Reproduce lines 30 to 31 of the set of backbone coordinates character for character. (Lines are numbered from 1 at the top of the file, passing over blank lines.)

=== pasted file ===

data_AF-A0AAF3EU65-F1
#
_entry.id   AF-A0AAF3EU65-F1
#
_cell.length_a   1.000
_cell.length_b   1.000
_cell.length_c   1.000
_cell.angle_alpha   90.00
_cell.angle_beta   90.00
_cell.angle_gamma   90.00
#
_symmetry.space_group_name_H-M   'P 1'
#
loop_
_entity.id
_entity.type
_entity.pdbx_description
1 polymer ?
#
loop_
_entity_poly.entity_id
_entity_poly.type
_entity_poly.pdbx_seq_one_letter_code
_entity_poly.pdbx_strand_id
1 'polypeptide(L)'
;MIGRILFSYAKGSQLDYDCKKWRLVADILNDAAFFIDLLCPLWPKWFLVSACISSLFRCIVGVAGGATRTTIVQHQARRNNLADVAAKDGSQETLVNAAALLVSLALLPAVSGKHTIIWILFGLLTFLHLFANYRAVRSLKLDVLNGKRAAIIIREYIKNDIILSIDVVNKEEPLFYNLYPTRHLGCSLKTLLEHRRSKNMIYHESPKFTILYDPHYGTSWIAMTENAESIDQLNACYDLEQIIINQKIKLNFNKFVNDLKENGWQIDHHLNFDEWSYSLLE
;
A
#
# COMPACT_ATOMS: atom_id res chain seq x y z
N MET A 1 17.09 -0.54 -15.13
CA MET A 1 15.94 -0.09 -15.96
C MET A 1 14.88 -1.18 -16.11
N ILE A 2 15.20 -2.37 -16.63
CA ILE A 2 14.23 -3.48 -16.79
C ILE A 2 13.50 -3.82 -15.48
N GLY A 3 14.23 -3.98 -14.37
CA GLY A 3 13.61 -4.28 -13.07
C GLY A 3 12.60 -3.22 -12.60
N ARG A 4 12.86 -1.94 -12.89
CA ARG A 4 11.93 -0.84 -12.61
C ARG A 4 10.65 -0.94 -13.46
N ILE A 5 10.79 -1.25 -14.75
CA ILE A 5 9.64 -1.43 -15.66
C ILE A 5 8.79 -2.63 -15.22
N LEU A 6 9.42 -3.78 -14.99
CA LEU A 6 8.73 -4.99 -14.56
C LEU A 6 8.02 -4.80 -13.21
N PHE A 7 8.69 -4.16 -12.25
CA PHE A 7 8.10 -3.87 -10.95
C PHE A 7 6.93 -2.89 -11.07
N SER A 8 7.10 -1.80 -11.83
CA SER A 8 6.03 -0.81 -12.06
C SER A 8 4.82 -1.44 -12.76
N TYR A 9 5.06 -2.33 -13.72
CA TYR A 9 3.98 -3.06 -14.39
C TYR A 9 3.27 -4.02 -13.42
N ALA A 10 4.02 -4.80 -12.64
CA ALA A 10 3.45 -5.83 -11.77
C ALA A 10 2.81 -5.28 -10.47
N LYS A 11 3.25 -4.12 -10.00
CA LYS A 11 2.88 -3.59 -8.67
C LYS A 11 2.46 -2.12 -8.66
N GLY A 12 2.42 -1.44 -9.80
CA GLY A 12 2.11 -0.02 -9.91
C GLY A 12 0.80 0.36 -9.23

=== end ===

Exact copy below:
# COMPACT_ATOMS: atom_id res chain seq x y z
N MET A 1 17.09 -0.54 -15.13